Biogen Strikes Deal with Knopp for ALS Drugs, Selecta Gets New CEO, Avantra Scores $7M, & More Boston-Area Life Sciences News
News of funding and partnerships for area biotechs, plus an in-depth interview with a state life sciences administrator, made it a busy news week for us.
—Last week Ryan broke the news that former executives of Sirtris Pharmaceuticals, the biotech known for developing drugs based on the red wine chemical resveratrol, were selling a dietary supplement form of the chemical via their nonprofit, the Healthy Lifespan Institute. GlaxoSmithKline, which acquired Sirtris more than two years ago for about $720 million, ordered Christoph Westphal and Michelle Dipp to stop online sales of the dietary supplement, which is believed to activate anti-aging genes that boost metabolic functions in cells. (The supplements are made in the same synthetic process as the resveratrol drug SRT501; the Healthy Lifespan Institute says that the drug was tested in liquid form in capsules of 5 grams and the supplements are provided in powder form in 250-milligram capsules). Glaxo told Westphal and Dipp to resign from the board of the nonprofit that was selling resveratrol supplements. Glaxo claimed it was unaware resveratrol was being sold via the nonprofit.
—Watertown, MA-based Selecta Biosciences, a biotech company developing nanoparticle-based vaccines, added a new chief executive, Werner Cautreels. He previously worked as CEO at Belgium-based Solvay Pharmaceuticals, until shortly after Abbott Laboratories (NYSE: ABT) bought the company for $6.6 billion. Selecta also attracted a $3 million grant from the National Institutes of Health to research a nicotine vaccine for those addicted to cigarettes.
—Ryan sat down with Susan Windham-Bannister, head of the Massachusetts Life Sciences Center, which is in charge of running the state’s plan to invest $1 billion in the life sciences sector over 10 years. The two-part story on their inerview spotlights Windham-Bannister’s take on topics like Sanofi-Aventis’ potential takeover of Genzyme, the role of activist investor Carl Icahn, and the influence political change could have on the state’s plans for advancing the life sciences industry.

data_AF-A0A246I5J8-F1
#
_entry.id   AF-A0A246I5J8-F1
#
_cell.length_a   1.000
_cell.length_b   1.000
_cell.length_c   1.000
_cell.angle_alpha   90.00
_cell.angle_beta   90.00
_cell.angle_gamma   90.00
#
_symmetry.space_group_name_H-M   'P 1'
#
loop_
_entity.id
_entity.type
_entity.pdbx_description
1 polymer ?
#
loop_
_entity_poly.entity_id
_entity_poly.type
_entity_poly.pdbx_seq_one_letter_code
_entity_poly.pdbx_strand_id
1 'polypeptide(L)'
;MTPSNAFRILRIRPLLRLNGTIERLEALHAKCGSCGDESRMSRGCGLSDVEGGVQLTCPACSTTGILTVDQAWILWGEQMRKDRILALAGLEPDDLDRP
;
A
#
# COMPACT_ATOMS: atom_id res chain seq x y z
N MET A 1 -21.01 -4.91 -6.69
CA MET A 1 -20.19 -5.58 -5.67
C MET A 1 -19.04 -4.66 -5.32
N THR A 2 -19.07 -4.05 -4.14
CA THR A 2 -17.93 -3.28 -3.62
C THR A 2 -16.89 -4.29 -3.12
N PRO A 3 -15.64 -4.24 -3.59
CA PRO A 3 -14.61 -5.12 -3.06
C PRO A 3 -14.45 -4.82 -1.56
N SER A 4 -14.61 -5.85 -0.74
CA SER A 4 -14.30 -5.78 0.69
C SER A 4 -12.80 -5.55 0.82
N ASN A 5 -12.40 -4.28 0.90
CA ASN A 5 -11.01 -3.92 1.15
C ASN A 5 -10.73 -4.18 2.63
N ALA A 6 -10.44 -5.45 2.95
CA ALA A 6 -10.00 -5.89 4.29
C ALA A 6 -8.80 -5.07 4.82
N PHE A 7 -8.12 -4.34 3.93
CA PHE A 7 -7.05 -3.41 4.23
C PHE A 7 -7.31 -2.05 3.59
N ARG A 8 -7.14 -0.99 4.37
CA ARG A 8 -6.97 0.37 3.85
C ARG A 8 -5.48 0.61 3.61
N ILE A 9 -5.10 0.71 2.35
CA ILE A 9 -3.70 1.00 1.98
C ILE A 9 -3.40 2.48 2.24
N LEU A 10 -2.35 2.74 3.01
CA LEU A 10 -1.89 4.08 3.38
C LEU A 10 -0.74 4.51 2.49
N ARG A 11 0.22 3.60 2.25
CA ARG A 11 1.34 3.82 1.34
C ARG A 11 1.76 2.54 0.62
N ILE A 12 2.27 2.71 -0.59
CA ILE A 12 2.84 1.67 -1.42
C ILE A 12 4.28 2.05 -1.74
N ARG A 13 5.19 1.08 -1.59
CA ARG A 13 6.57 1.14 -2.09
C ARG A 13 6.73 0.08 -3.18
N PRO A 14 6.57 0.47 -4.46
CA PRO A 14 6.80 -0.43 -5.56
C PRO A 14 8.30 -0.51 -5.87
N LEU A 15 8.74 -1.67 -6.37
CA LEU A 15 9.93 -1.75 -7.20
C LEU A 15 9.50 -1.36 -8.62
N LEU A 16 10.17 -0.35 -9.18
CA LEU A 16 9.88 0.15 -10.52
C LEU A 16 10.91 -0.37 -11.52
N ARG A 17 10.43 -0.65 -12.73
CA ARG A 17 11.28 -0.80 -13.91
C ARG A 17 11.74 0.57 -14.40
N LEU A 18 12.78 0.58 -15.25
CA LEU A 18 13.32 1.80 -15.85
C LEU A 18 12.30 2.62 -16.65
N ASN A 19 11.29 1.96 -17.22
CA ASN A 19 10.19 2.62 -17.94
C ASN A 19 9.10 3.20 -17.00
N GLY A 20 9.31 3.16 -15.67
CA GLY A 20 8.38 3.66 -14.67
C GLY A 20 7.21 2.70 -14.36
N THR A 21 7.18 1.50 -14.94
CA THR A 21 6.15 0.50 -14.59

—Shape Up The Nation, a maker of Web-based software and services for employer wellness programs, pulled in a $5 million Series A funding round. Company management, Cue Ball Capital, and Excel Venture Management participated in the financing for Providence, RI-based Shape Up The Nation.
—Protein biomarker technology developer Avantra Biosciences of Woburn, MA, raised $7 million in a Series A funding round. The company is developing its technology to detect a range of diseases. Charlestown, MA-based Courtagen Capital Group, plus unnamed institutional and individual investors, participated in the financing.
—Weston, MA-based Biogen Idec said it struck a deal with Knopp Neurosciences to work on an experimental drug for the condition known as Lou Gehrig’s disease: amyotrophic lateral sclerosis (ALS). Biogen (NASDAQ: BIIB), a leading multiple sclerosis drugmaker, has paid Pittsburgh, PA-based Knopp $20 million upfront, and bought $60 million of the company’s stock. Another $265 million could be in the works for Knopp if it meets certain development and commercialization goals. The drug for ALS, a condition that attacks nerve cells in the spinal cord and brain, expands Biogen’s stock of treatments for neurological disorders.
—New Haven, CT-based Achillion Pharmaceuticals (NASDAQ: ACHN), a developer of drugs targeting infectious diseases, announced it plans to raise $50.1 million in a private sale of its common stock and warrants. Achillion says it will put the proceeds toward developing drugs for hepatitis C, including a protease inhibitor set to enter Phase II clinical trials next month.
—Ryan took a look at Cambridge-based Agios Pharmaceuticals, which is expanding its staff and labs, largely thanks to $130 million the company got this spring from drugmaker Celgene (NASDAQ: CELG). Agios is out to develop drugs that target mutated enzymes that are seen as enabling cancer cells to grow. The deal gives Celgene the exclusive right to license the cancer-starving drugs Agios develops for a certain period of time, the duration of which was undisclosed by both companies.